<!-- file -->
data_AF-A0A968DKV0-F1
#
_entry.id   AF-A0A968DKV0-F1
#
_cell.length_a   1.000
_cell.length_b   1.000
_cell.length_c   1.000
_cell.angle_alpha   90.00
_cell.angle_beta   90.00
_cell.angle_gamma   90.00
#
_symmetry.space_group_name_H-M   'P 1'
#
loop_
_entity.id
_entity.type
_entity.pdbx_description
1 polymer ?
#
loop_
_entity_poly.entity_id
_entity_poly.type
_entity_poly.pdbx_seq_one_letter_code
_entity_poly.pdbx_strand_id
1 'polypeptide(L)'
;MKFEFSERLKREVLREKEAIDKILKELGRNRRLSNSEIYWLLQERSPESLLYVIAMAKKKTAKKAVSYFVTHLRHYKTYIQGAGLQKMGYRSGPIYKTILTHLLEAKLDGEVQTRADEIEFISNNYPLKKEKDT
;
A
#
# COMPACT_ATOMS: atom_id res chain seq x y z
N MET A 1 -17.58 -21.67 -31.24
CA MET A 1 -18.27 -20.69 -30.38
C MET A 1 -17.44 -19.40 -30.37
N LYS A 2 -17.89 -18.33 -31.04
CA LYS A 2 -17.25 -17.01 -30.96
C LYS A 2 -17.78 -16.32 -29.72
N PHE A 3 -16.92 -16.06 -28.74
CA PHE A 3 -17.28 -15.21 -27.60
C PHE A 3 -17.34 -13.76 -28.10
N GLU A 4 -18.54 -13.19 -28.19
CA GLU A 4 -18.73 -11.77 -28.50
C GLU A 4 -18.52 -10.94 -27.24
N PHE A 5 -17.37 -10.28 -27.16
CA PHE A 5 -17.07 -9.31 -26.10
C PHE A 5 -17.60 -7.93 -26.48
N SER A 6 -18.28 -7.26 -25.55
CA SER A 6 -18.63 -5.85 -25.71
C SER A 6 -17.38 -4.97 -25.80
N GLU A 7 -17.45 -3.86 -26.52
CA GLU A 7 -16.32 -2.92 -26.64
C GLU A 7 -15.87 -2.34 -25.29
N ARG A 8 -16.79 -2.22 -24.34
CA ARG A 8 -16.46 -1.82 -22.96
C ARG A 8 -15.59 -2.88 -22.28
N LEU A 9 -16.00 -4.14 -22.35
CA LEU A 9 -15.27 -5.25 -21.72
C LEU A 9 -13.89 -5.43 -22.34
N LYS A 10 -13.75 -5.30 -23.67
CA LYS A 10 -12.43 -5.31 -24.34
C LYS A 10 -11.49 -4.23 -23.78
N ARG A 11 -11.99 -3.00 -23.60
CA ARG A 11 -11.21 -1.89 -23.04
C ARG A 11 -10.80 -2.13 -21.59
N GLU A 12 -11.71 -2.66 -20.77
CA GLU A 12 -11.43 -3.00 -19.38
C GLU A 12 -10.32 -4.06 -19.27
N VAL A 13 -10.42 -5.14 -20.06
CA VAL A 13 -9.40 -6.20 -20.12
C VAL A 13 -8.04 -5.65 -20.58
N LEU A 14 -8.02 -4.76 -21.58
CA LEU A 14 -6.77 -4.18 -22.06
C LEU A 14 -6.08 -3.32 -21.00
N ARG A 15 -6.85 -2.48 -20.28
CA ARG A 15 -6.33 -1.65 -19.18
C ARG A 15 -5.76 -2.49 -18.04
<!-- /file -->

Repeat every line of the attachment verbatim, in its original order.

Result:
data_AF-A0A968DKV0-F1
#
_entry.id   AF-A0A968DKV0-F1
#
_cell.length_a   1.000
_cell.length_b   1.000
_cell.length_c   1.000
_cell.angle_alpha   90.00
_cell.angle_beta   90.00
_cell.angle_gamma   90.00
#
_symmetry.space_group_name_H-M   'P 1'
#
loop_
_entity.id
_entity.type
_entity.pdbx_description
1 polymer ?
#
loop_
_entity_poly.entity_id
_entity_poly.type
_entity_poly.pdbx_seq_one_letter_code
_entity_poly.pdbx_strand_id
1 'polypeptide(L)'
;MKFEFSERLKREVLREKEAIDKILKELGRNRRLSNSEIYWLLQERSPESLLYVIAMAKKKTAKKAVSYFVTHLRHYKTYIQGAGLQKMGYRSGPIYKTILTHLLEAKLDGEVQTRADEIEFISNNYPLKKEKDT
;
A
#
# COMPACT_ATOMS: atom_id res chain seq x y z
N MET A 1 -17.58 -21.67 -31.24
CA MET A 1 -18.27 -20.69 -30.38
C MET A 1 -17.44 -19.40 -30.37
N LYS A 2 -17.89 -18.33 -31.04
CA LYS A 2 -17.25 -17.01 -30.96
C LYS A 2 -17.78 -16.32 -29.72
N PHE A 3 -16.92 -16.06 -28.74
CA PHE A 3 -17.28 -15.21 -27.60
C PHE A 3 -17.34 -13.76 -28.10
N GLU A 4 -18.54 -13.19 -28.19
CA GLU A 4 -18.73 -11.77 -28.50
C GLU A 4 -18.52 -10.94 -27.24
N PHE A 5 -17.37 -10.28 -27.16
CA PHE A 5 -17.07 -9.31 -26.10
C PHE A 5 -17.60 -7.93 -26.48
N SER A 6 -18.28 -7.26 -25.55
CA SER A 6 -18.63 -5.85 -25.71
C SER A 6 -17.38 -4.97 -25.80
N GLU A 7 -17.45 -3.86 -26.52
CA GLU A 7 -16.32 -2.92 -26.64
C GLU A 7 -15.87 -2.34 -25.29
N ARG A 8 -16.79 -2.22 -24.34
CA ARG A 8 -16.46 -1.82 -22.96
C ARG A 8 -15.59 -2.88 -22.28
N LEU A 9 -16.00 -4.14 -22.35
CA LEU A 9 -15.27 -5.25 -21.72
C LEU A 9 -13.89 -5.43 -22.34
N LYS A 10 -13.75 -5.30 -23.67
CA LYS A 10 -12.43 -5.31 -24.34
C LYS A 10 -11.49 -4.23 -23.78
N ARG A 11 -11.99 -3.00 -23.60
CA ARG A 11 -11.21 -1.89 -23.04
C ARG A 11 -10.80 -2.13 -21.59
N GLU A 12 -11.71 -2.66 -20.77
CA GLU A 12 -11.43 -3.00 -19.38
C GLU A 12 -10.32 -4.06 -19.27
N VAL A 13 -10.42 -5.14 -20.06
CA VAL A 13 -9.40 -6.20 -20.12
C VAL A 13 -8.04 -5.65 -20.58
N LEU A 14 -8.02 -4.76 -21.58
CA LEU A 14 -6.77 -4.18 -22.06
C LEU A 14 -6.08 -3.32 -21.00
N ARG A 15 -6.85 -2.48 -20.28
CA ARG A 15 -6.33 -1.65 -19.18
C ARG A 15 -5.76 -2.49 -18.04